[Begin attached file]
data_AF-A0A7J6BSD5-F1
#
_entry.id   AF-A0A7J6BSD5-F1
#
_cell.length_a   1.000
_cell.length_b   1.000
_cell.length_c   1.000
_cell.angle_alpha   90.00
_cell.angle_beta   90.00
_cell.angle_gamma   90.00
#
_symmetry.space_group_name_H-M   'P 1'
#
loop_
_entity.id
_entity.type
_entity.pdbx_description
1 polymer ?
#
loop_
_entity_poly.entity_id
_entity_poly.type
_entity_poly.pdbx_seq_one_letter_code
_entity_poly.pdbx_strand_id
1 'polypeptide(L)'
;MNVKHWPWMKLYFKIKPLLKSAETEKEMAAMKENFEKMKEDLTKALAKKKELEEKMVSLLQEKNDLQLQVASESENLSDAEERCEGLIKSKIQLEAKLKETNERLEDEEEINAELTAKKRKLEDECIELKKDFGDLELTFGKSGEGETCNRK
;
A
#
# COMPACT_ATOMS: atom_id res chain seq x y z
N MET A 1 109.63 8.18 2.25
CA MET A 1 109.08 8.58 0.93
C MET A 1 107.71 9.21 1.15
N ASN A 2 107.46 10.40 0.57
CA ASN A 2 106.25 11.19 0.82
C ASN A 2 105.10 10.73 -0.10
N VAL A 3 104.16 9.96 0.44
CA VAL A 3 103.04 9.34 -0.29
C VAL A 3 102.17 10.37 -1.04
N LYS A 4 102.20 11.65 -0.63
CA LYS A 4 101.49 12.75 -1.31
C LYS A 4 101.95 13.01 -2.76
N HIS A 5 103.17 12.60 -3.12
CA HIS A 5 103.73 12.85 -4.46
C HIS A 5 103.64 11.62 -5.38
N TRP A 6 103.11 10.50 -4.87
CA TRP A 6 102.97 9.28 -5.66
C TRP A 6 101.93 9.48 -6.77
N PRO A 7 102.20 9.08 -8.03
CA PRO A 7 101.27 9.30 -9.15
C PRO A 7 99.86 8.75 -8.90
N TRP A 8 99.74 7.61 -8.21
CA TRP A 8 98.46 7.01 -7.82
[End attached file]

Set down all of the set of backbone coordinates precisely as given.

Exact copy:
data_AF-A0A7J6BSD5-F1
#
_entry.id   AF-A0A7J6BSD5-F1
#
_cell.length_a   1.000
_cell.length_b   1.000
_cell.length_c   1.000
_cell.angle_alpha   90.00
_cell.angle_beta   90.00
_cell.angle_gamma   90.00
#
_symmetry.space_group_name_H-M   'P 1'
#
loop_
_entity.id
_entity.type
_entity.pdbx_description
1 polymer ?
#
loop_
_entity_poly.entity_id
_entity_poly.type
_entity_poly.pdbx_seq_one_letter_code
_entity_poly.pdbx_strand_id
1 'polypeptide(L)'
;MNVKHWPWMKLYFKIKPLLKSAETEKEMAAMKENFEKMKEDLTKALAKKKELEEKMVSLLQEKNDLQLQVASESENLSDAEERCEGLIKSKIQLEAKLKETNERLEDEEEINAELTAKKRKLEDECIELKKDFGDLELTFGKSGEGETCNRK
;
A
#
# COMPACT_ATOMS: atom_id res chain seq x y z
N MET A 1 109.63 8.18 2.25
CA MET A 1 109.08 8.58 0.93
C MET A 1 107.71 9.21 1.15
N ASN A 2 107.46 10.40 0.57
CA ASN A 2 106.25 11.19 0.82
C ASN A 2 105.10 10.73 -0.10
N VAL A 3 104.16 9.96 0.44
CA VAL A 3 103.04 9.34 -0.29
C VAL A 3 102.17 10.37 -1.04
N LYS A 4 102.20 11.65 -0.63
CA LYS A 4 101.49 12.75 -1.31
C LYS A 4 101.95 13.01 -2.76
N HIS A 5 103.17 12.60 -3.12
CA HIS A 5 103.73 12.85 -4.46
C HIS A 5 103.64 11.62 -5.38
N TRP A 6 103.11 10.50 -4.87
CA TRP A 6 102.97 9.28 -5.66
C TRP A 6 101.93 9.48 -6.77
N PRO A 7 102.20 9.08 -8.03
CA PRO A 7 101.27 9.30 -9.15
C PRO A 7 99.86 8.75 -8.90
N TRP A 8 99.74 7.61 -8.21
CA TRP A 8 98.46 7.01 -7.82